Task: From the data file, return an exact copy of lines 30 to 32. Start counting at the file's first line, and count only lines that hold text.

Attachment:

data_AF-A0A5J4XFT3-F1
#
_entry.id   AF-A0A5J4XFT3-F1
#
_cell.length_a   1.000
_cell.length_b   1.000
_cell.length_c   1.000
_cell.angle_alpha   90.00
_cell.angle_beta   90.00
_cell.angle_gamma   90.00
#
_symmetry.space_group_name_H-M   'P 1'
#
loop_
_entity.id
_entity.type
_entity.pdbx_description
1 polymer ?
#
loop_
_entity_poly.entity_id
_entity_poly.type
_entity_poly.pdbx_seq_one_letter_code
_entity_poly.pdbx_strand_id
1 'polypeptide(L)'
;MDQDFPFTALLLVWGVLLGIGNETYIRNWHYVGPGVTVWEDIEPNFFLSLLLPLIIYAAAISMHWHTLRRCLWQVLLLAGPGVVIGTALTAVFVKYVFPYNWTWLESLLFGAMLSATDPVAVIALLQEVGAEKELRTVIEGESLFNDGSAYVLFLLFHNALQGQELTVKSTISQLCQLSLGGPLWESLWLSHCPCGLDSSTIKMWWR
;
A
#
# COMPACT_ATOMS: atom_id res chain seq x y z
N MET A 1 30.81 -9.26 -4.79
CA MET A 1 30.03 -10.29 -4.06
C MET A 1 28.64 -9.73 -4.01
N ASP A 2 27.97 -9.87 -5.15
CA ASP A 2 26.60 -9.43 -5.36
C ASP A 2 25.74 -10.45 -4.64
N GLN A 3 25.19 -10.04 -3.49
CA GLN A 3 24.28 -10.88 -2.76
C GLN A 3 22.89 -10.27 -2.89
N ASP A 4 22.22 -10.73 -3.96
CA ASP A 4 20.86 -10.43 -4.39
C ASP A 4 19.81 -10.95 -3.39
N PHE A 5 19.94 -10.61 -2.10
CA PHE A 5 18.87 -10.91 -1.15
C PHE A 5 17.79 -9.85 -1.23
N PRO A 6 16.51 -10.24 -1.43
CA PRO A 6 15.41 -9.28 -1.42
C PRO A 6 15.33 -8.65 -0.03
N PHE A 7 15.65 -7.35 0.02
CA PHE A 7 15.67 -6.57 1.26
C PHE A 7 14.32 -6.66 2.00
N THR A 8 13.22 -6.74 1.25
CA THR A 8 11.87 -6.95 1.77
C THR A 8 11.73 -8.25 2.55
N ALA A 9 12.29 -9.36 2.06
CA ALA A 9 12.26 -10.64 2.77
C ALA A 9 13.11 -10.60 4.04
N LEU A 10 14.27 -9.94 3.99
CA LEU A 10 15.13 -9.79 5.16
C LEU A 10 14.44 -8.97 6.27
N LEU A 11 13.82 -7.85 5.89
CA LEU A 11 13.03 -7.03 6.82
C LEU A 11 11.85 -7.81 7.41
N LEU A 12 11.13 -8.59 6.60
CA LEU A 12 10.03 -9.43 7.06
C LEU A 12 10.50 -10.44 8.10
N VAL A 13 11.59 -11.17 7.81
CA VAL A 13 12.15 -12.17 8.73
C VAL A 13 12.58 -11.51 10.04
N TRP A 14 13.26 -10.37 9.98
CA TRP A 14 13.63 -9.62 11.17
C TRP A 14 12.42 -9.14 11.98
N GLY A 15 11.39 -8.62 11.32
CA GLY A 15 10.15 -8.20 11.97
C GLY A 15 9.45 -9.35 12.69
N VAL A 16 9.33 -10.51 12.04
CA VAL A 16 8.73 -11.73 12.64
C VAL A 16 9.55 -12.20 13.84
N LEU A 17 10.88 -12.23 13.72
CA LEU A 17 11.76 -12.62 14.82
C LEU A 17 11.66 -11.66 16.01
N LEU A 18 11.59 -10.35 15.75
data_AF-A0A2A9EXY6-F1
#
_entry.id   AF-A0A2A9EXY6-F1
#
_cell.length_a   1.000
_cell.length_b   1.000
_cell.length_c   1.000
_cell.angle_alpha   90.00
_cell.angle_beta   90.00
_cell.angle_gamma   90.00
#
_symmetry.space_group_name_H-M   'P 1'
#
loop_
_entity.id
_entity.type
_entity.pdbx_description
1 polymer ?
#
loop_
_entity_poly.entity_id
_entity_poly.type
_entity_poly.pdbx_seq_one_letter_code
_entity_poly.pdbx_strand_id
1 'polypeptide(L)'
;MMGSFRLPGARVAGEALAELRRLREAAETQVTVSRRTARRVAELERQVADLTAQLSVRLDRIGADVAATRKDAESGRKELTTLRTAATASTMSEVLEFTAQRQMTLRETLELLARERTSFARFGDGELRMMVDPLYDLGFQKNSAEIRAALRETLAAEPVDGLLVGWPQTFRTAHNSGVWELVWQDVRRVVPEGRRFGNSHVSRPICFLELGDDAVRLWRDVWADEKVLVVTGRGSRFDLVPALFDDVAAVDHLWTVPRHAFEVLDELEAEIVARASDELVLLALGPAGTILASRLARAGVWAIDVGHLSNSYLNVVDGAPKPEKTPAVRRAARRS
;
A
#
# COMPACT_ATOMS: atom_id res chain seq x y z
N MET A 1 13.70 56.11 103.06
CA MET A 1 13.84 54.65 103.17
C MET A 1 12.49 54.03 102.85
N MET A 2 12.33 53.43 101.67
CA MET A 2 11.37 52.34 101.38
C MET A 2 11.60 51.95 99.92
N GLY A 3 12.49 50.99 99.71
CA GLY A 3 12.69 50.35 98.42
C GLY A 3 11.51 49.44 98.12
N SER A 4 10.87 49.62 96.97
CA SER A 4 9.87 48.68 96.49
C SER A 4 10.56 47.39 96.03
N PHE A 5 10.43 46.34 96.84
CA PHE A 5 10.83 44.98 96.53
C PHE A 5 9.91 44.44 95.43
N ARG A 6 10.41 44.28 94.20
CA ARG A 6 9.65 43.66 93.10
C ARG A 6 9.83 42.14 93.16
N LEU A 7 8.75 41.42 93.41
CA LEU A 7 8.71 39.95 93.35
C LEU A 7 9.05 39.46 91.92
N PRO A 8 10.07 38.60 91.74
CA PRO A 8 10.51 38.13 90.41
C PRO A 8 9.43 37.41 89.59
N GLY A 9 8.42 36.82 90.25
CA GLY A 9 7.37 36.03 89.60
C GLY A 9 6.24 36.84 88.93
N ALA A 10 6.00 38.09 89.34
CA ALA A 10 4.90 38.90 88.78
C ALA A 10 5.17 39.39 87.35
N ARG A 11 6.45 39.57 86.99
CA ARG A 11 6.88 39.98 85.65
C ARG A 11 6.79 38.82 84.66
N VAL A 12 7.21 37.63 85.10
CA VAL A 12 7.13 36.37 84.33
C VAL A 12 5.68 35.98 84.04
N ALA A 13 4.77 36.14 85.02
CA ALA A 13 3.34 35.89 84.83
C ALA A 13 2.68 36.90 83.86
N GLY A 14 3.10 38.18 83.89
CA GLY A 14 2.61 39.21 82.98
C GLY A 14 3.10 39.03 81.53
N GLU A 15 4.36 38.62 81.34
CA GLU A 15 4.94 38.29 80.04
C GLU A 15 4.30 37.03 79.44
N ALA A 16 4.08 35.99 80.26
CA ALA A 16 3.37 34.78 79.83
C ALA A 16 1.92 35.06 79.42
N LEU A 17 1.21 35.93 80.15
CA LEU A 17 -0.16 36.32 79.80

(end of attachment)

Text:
# COMPACT_ATOMS: atom_id res chain seq x y z
N MET A 1 30.81 -9.26 -4.79
CA MET A 1 30.03 -10.29 -4.06